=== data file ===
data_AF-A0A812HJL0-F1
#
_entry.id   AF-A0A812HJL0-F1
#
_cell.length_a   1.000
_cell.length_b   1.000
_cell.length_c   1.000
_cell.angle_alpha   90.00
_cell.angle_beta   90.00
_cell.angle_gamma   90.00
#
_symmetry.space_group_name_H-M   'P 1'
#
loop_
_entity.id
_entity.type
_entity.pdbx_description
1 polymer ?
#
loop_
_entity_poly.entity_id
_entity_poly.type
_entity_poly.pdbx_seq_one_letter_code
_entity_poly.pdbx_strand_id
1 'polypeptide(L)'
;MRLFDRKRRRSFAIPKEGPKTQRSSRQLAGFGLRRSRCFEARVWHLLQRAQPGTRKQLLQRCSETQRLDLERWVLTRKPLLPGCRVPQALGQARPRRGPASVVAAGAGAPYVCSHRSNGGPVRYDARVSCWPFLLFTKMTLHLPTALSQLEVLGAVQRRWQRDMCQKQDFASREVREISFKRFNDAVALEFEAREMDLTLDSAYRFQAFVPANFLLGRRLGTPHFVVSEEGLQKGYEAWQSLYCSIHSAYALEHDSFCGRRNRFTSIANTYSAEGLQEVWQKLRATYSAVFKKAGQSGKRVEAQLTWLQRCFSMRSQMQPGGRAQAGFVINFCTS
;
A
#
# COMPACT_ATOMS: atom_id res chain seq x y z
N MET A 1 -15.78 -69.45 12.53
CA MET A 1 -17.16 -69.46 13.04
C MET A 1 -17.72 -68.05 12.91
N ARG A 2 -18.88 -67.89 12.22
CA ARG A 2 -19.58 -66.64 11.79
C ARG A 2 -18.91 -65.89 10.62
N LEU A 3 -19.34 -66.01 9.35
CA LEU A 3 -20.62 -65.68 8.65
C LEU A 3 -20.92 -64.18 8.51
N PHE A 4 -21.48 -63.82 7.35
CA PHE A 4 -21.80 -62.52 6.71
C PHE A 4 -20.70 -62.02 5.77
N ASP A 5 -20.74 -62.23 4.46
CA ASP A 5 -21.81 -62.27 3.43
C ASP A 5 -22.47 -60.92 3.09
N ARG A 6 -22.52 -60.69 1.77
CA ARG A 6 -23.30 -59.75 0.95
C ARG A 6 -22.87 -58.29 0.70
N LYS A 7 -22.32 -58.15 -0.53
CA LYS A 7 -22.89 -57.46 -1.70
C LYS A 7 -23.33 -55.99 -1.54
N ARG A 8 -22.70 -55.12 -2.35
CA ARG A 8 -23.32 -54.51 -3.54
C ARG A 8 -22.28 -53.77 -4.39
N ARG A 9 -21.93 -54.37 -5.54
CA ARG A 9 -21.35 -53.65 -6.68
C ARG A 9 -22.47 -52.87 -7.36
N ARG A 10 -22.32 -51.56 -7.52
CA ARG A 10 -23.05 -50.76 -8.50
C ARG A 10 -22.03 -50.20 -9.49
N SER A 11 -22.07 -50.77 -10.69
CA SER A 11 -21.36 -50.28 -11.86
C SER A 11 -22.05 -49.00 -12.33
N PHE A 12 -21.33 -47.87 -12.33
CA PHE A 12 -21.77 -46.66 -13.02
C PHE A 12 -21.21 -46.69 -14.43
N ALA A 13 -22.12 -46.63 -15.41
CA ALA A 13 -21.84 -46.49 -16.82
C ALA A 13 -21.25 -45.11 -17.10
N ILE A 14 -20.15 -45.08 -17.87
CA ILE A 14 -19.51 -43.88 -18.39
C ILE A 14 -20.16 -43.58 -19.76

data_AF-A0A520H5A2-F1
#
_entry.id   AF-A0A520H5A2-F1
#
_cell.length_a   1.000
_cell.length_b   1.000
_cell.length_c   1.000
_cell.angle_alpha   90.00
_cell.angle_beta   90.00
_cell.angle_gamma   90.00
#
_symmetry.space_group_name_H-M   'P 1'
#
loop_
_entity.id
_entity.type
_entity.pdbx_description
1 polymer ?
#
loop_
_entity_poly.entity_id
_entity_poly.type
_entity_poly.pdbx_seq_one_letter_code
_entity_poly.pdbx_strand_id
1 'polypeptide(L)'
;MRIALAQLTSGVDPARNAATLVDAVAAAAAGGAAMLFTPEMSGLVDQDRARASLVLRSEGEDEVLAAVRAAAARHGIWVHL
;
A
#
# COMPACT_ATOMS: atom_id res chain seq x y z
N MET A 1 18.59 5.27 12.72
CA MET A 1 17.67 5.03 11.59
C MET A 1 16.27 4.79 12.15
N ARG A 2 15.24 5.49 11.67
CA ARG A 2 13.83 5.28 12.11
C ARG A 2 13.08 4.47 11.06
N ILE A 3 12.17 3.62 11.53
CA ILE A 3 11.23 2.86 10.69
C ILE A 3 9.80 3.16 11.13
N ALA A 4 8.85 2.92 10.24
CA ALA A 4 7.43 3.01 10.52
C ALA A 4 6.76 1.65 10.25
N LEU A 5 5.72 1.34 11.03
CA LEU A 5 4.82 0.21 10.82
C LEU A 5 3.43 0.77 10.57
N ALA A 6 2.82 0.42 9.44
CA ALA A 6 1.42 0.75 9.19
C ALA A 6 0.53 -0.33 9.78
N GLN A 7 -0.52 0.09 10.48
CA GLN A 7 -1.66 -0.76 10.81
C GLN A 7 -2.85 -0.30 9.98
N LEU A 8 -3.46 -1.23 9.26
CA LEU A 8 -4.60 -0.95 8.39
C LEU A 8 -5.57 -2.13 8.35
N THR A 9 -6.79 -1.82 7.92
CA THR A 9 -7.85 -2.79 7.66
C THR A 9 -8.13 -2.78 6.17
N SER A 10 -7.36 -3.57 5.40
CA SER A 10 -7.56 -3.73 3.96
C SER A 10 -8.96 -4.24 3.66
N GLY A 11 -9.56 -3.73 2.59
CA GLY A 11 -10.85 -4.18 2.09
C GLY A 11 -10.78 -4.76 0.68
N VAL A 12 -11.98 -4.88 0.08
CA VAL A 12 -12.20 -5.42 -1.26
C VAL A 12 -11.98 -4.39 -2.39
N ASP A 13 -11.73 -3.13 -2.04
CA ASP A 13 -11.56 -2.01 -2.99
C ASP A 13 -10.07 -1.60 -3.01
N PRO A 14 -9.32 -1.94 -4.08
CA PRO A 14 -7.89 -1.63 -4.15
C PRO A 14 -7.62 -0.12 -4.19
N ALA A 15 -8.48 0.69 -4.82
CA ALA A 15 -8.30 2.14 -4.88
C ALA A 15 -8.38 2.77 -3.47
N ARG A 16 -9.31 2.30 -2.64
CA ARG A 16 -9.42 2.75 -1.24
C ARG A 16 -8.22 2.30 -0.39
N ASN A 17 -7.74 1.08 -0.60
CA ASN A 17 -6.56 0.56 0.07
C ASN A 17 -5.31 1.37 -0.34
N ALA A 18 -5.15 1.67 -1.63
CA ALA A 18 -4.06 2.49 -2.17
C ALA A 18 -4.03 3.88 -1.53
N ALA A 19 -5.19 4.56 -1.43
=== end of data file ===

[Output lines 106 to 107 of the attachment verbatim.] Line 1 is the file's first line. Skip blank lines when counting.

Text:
N ARG A 2 15.24 5.49 11.67
CA ARG A 2 13.83 5.28 12.11